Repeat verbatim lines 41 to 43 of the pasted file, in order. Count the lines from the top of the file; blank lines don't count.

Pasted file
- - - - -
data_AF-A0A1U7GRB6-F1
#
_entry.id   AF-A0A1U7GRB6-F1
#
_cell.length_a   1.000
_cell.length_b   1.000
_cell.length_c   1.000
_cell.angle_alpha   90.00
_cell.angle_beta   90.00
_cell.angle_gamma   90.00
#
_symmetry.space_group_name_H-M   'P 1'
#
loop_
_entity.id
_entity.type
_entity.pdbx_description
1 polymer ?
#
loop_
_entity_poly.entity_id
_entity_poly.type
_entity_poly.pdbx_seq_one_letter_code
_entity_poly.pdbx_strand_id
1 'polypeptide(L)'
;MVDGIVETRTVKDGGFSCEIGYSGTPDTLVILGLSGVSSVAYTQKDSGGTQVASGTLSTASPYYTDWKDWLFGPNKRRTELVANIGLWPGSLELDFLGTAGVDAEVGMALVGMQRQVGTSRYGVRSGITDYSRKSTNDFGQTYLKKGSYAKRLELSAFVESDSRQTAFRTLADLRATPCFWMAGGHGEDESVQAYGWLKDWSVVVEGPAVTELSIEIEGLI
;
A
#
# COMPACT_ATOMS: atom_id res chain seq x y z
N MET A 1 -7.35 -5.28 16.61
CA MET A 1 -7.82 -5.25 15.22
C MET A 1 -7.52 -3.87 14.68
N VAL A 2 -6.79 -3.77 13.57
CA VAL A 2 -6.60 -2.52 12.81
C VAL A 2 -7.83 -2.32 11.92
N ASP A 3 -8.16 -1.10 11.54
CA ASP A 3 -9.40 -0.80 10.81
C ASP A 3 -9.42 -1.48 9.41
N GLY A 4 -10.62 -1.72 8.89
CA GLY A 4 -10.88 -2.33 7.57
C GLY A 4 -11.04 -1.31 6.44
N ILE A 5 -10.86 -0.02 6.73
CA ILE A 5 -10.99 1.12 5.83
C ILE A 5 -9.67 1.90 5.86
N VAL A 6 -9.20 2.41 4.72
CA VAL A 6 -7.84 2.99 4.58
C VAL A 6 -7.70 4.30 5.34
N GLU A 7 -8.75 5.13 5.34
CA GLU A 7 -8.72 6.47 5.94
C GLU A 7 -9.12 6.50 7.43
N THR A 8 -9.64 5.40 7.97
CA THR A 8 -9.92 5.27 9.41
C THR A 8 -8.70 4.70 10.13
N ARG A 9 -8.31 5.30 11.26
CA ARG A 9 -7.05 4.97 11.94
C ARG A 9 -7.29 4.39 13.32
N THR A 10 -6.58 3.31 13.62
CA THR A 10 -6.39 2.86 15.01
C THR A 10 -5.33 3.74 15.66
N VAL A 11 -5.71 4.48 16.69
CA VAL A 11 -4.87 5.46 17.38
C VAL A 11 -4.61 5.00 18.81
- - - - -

CA GLY A 4 -10.88 -2.33 7.57
C GLY A 4 -11.04 -1.31 6.44
N ILE A 5 -10.86 -0.02 6.73